In January, secular Tuareg Mali rebels, complaining of neglect by the central government, had taken over parts of the north, backed by fighters who had fought in the army of ousted Libyan leader Muamar Gadaffi.

Islamist groups with links to Al-Qaeda took over northern Mali in March, an area larger than France, following a coup by junior officers against the government in the capital Bamako. Now Timbuktu itself is under the control of Ansar Dine, a radical Islamic group, which has ties to Al Qaeda in the Islamic Maghreb (AQIM).

Currently an interim government is in place with plans to hold long-delayed elections, which are fairly impossible with more than half of its territory under control of Islamic militants.

Canada's Fowler describes ordeal Hostages have been taken from several Western nations. How they are captured was described by Robert Fowler, a former U.N. ambassador from Canada. He and a U.N. colleague were traveling through a remote stretch of southwestern Niger, near the Mali border, when gunmen forced them from the road in 2008.

"We were thrown into the back of a truck, driven back the way we had come, our wrists were bound and we began what I call our 56-hour descent into hell," Fowler told National Public Radio.

He remained in captivity for 130 days, a prisoner of Mokhtar Belmokhtar, an Algerian who is a top al-Qaida figure in the region and has been linked to violence throughout north Africa.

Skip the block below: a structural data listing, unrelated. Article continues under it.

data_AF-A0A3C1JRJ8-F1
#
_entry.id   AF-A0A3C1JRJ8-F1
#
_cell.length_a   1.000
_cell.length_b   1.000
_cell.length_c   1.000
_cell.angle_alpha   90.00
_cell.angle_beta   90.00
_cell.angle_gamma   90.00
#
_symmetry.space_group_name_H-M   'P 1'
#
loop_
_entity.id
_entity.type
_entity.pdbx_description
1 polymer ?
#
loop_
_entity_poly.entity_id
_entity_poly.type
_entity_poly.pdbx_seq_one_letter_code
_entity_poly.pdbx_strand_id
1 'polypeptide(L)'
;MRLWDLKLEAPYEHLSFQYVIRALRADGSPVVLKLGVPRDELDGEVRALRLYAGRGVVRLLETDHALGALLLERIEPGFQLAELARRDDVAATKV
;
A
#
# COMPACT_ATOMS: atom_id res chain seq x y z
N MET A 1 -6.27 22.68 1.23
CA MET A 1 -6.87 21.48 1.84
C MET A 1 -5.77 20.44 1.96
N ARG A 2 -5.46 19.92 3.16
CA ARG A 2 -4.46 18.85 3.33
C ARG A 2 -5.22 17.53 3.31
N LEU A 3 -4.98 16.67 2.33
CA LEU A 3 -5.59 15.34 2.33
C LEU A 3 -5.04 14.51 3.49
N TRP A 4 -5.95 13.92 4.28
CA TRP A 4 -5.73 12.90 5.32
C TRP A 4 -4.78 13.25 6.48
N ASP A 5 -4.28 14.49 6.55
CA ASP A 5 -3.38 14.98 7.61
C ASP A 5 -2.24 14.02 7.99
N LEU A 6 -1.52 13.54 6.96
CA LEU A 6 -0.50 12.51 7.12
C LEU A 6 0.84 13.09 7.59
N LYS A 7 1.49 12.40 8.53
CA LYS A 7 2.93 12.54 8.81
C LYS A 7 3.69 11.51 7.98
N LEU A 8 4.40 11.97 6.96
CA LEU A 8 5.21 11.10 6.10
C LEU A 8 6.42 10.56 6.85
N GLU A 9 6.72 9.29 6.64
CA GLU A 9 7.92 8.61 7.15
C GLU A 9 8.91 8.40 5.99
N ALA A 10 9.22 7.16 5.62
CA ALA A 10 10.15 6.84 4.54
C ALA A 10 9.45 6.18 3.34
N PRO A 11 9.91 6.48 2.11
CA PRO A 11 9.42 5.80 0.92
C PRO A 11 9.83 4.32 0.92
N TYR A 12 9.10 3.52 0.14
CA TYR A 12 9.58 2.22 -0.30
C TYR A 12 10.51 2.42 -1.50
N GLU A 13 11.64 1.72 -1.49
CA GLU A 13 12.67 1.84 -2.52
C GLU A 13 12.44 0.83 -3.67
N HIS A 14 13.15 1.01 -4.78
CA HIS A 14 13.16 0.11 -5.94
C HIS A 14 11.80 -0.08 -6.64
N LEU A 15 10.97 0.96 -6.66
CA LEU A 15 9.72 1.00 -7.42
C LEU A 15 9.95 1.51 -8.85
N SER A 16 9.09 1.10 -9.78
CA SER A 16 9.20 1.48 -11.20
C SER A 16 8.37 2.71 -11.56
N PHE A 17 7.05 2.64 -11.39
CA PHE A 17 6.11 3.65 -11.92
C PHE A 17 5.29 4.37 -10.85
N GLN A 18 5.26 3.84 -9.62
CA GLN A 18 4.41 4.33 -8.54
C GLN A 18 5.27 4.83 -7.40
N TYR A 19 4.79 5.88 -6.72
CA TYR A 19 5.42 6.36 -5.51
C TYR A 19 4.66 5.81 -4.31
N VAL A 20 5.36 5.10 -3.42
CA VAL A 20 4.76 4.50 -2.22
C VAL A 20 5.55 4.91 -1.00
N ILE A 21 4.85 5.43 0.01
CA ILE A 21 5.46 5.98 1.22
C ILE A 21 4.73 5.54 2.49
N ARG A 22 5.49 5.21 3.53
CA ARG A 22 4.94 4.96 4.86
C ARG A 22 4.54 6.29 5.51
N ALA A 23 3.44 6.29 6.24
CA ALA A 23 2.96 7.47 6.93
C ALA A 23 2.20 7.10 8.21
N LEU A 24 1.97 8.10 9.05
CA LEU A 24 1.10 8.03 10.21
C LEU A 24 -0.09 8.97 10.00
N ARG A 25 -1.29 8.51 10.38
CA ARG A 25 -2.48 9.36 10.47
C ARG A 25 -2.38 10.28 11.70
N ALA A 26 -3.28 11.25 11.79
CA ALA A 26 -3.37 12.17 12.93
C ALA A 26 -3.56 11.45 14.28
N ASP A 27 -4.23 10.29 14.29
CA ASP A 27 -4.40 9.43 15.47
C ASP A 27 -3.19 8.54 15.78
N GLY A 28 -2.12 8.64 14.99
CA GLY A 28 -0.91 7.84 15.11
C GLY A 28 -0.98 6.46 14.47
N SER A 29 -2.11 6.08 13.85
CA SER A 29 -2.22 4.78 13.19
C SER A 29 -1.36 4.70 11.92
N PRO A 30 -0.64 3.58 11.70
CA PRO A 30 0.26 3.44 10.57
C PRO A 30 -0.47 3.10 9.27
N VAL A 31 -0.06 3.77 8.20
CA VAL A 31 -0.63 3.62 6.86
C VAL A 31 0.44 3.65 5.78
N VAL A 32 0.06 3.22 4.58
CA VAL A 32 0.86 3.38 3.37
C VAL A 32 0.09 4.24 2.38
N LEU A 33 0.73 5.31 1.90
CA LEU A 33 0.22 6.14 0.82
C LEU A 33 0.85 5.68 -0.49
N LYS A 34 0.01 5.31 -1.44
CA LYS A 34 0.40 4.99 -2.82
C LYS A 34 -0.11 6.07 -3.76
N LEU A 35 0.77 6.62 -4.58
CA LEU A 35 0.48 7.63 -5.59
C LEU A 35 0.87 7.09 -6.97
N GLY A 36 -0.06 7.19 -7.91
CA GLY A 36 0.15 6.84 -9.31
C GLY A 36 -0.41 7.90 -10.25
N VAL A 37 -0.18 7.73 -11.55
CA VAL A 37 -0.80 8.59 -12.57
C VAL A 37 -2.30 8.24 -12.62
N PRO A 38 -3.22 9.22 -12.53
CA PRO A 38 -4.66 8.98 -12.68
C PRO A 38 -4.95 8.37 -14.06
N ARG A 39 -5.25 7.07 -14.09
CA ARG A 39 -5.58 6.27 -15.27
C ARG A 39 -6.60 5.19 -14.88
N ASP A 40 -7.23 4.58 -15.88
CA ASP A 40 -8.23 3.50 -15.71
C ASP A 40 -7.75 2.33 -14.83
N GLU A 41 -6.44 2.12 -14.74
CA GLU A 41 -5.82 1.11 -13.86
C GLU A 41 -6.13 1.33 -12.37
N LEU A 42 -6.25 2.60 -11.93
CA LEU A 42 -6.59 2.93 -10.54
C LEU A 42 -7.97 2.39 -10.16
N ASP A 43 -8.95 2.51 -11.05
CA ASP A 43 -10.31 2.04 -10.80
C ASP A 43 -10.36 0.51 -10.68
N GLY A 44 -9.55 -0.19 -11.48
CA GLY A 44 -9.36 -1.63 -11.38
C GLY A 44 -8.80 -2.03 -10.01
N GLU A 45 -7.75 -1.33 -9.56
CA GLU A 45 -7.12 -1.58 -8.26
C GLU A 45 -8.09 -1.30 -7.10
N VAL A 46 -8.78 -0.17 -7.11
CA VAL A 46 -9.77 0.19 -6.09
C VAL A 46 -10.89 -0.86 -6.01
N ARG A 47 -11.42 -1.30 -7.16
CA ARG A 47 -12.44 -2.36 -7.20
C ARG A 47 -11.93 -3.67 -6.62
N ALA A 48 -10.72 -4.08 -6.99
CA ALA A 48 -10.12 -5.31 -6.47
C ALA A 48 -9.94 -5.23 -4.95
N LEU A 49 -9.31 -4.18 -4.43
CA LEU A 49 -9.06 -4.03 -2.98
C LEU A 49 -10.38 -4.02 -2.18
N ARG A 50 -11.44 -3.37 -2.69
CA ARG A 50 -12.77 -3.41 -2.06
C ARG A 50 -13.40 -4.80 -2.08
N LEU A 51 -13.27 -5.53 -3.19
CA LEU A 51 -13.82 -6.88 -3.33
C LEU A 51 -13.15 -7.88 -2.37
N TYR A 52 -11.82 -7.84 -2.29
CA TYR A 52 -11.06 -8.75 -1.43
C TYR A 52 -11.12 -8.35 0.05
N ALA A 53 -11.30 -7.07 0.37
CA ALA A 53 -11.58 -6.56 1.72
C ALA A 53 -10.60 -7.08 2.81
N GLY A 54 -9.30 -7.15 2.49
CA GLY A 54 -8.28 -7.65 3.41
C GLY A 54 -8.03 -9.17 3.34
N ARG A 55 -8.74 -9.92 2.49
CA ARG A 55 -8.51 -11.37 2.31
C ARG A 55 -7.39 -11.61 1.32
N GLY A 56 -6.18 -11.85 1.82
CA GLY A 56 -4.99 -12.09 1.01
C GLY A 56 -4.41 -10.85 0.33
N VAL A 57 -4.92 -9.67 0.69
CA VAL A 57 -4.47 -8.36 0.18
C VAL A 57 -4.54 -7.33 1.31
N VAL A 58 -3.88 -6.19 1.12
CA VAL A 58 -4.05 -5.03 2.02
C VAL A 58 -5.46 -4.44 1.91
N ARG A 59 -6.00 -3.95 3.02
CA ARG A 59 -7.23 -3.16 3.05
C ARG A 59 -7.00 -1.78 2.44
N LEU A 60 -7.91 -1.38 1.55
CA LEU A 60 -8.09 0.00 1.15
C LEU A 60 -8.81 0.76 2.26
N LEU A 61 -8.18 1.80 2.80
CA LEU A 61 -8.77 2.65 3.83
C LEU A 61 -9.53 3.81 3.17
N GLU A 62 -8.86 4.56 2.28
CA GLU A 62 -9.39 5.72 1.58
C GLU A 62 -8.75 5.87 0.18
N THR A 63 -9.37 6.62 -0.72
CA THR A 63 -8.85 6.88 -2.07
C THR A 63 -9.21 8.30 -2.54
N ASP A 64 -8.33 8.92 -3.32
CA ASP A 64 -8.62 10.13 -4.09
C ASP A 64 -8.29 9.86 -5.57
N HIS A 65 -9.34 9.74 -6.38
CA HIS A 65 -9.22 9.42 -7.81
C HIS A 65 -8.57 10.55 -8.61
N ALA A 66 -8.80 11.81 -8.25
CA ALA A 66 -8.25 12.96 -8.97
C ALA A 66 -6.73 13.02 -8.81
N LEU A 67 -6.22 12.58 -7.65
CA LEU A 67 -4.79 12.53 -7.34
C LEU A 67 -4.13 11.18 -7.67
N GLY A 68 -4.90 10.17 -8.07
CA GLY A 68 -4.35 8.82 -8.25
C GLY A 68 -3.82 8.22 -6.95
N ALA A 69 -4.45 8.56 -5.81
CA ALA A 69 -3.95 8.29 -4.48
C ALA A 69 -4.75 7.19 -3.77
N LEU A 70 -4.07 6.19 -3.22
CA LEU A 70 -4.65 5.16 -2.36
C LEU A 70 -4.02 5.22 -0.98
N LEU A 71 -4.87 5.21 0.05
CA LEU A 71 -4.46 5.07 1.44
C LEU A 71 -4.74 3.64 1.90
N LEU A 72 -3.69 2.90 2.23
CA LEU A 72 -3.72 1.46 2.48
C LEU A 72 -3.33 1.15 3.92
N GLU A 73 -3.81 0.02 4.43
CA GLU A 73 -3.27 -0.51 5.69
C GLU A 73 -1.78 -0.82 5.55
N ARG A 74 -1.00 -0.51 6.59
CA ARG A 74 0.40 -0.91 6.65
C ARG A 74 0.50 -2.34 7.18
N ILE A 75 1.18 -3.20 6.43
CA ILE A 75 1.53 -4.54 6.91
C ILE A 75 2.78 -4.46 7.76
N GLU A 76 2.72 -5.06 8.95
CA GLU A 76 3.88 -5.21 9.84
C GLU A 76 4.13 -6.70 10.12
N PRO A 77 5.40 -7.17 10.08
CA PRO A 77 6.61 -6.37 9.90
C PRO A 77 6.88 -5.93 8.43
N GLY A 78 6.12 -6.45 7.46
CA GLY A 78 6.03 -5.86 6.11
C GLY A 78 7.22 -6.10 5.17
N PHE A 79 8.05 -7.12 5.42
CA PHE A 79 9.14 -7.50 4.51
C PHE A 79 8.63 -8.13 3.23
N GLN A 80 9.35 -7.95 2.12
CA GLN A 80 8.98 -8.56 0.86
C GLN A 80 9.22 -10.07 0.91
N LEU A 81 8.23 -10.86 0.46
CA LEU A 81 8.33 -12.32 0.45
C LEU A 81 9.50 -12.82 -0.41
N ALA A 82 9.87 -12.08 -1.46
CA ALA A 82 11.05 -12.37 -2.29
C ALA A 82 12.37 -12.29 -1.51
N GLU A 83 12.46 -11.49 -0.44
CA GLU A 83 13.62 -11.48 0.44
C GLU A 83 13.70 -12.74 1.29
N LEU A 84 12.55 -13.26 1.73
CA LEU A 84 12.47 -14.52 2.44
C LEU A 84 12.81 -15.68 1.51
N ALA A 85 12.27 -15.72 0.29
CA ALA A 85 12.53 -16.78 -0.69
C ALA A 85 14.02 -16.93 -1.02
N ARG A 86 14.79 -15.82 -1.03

"This is the first time that Al Qaeda really has a country, a more or less secure base from which to operate," he says of Mali and surrounding areas.

"Certainly I would argue that allowing them to maintain that secure base represents a significant threat to Western interests, most immediately to European interests, but very soon after that, North American interests. This is the most focused group of individuals I have ever met."

Šimonović, the human rights official, said the south was not free of abuse and torture. "There is a need to address these root causes, including wide-spread corruption, mismanagement of public funds, inequality between the elite and general population and nepotism, amongst others," he said.

The International Crisis Group, which has done extensive research on the Sahel, the region on the edge of the Sahara spanning several countries, says concerted political and diplomatic effort is needed on intercommunal tensions within Malian society.

But it warns that without Algerian participation. a military venture would have severe problems.

"The Malian army and ECOWAS's forces will not be capable of tackling the influx of arms and combatants between a fragmented Libya and northern Mali through southern Algeria and/or northern Niger. Minimal and sustainable security in northern Mali cannot be reestablished without the clear involvement of the Algerian political and military authorities."